silent about the capacity in which [plaintiff] is suing
defendant, [a district court must] interpret the complaint as
including only official-capacity claims.” Egerdahl
v. Hibbing Community College, 72 F.3d 615, 619 (8th Cir.
1995); Nix v. Norman, 879 F.2d 429, 431 (8th Cir.
1989). Naming a government official in his official capacity
is the equivalent of naming the government entity that
employs him. Will v. Michigan Dept. of State Police,
491 U.S. 58, 71 (1989), White v. Jackson, 865 F.3d
1064, 1075 (8th Cir. 2017). Based upon the allegations in the
complaint, Hulsey is employed by a police department.
However, a police department is not an entity subject to suit
under § 1983. See Ketchum v. City of West Memphis,
Ark., 974 F.2d 81, 82 (8th Cir. 1992) (entities such as
police departments are “not juridical entities suable
as such.”). Additionally, the Complaint fails to state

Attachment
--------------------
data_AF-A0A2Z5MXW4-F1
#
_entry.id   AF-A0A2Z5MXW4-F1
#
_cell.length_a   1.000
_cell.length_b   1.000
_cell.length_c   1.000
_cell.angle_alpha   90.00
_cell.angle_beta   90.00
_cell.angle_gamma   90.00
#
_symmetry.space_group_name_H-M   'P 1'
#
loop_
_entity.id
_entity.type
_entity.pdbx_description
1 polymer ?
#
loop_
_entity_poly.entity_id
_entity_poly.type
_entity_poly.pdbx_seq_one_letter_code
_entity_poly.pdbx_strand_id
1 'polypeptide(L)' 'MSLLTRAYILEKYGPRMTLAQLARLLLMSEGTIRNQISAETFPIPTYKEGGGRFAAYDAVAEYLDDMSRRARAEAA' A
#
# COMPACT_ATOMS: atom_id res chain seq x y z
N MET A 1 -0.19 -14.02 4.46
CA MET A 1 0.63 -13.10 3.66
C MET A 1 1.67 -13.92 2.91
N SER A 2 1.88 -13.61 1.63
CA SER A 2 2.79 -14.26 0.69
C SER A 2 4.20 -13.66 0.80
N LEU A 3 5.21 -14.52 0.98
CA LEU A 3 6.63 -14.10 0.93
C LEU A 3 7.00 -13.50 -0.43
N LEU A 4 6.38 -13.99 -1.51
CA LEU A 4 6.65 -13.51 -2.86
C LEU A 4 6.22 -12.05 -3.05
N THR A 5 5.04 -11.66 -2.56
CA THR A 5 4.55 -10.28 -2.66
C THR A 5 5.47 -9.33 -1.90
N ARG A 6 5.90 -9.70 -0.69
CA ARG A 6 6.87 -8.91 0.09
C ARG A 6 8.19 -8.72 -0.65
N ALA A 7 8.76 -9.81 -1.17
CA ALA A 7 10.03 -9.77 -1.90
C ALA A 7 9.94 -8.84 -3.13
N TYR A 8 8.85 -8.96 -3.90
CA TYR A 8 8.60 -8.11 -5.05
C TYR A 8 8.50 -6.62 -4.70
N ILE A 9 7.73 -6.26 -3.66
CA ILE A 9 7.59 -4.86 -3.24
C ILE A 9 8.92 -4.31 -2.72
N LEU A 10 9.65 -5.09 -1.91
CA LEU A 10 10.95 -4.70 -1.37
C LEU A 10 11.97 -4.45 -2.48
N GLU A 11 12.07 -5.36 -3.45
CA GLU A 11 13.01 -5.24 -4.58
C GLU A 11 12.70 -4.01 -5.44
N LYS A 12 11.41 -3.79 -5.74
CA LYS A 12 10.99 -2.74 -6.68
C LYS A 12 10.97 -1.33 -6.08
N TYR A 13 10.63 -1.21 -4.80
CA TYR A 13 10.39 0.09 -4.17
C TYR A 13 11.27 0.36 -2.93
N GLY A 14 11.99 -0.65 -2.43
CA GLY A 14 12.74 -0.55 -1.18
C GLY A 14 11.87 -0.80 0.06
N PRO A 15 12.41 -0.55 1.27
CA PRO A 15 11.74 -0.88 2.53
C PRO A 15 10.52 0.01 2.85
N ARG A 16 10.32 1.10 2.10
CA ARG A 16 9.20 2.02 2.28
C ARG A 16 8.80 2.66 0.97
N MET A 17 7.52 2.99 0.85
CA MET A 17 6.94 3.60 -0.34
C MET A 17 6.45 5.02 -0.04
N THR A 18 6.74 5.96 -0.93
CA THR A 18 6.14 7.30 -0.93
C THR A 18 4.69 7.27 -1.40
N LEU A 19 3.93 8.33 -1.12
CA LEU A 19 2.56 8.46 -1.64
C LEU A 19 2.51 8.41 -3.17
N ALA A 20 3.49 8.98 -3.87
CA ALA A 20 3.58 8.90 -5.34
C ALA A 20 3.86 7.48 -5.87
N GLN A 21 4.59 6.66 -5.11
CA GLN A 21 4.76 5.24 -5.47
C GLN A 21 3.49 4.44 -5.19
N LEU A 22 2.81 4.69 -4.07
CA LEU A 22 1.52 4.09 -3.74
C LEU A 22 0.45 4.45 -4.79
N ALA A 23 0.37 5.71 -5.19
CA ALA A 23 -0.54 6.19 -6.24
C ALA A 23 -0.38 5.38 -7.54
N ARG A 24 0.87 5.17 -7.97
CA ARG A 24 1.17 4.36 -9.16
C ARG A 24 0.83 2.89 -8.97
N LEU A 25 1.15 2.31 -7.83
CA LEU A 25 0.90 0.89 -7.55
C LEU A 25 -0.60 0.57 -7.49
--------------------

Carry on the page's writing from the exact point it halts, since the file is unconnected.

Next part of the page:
a claim of municipal liability. See Monell v. Dept. of
Social Services of City of New York, 436 U.S. 658,
690-91 (1978). The Complaint is therefore subject to
dismissal pursuant to 28 U.S.C. § 1915(e)(2)(B).
Plaintiff had sued Hulsey in his individual capacity, the
Complaint would be dismissed. Plaintiff does not challenge
the constitutionality of the applicable traffic law. Instead,
he seeks monetary relief from Hulsey for violating his Fourth
Amendment rights by pulling him over and citing him with a
traffic violation. In support of this claim, Plaintiff
asserts that his vehicle's lights were not illegal.
traffic stop is legal under the Fourth Amendment if it is
supported by probable cause to believe that a violation of
the law has occurred. Whren v. United States, 517
U.S. 806, 810 (1996); see also PPS, Inc. v. Faulkner
County, Ark., 630 F.3d 1098, 1107 (8th Cir. 2011) (for a
plaintiff to succeed on a Fourth Amendment unlawful seizure
claim, the offending officer must have a lack of probable
cause). Any traffic violation, even a minor one, creates
probable cause for an officer to stop a vehicle. United
States v. Gregory, 302 F.3d 805, 809 (8th Cir. 2002). A
traffic stop can also be justified by a ...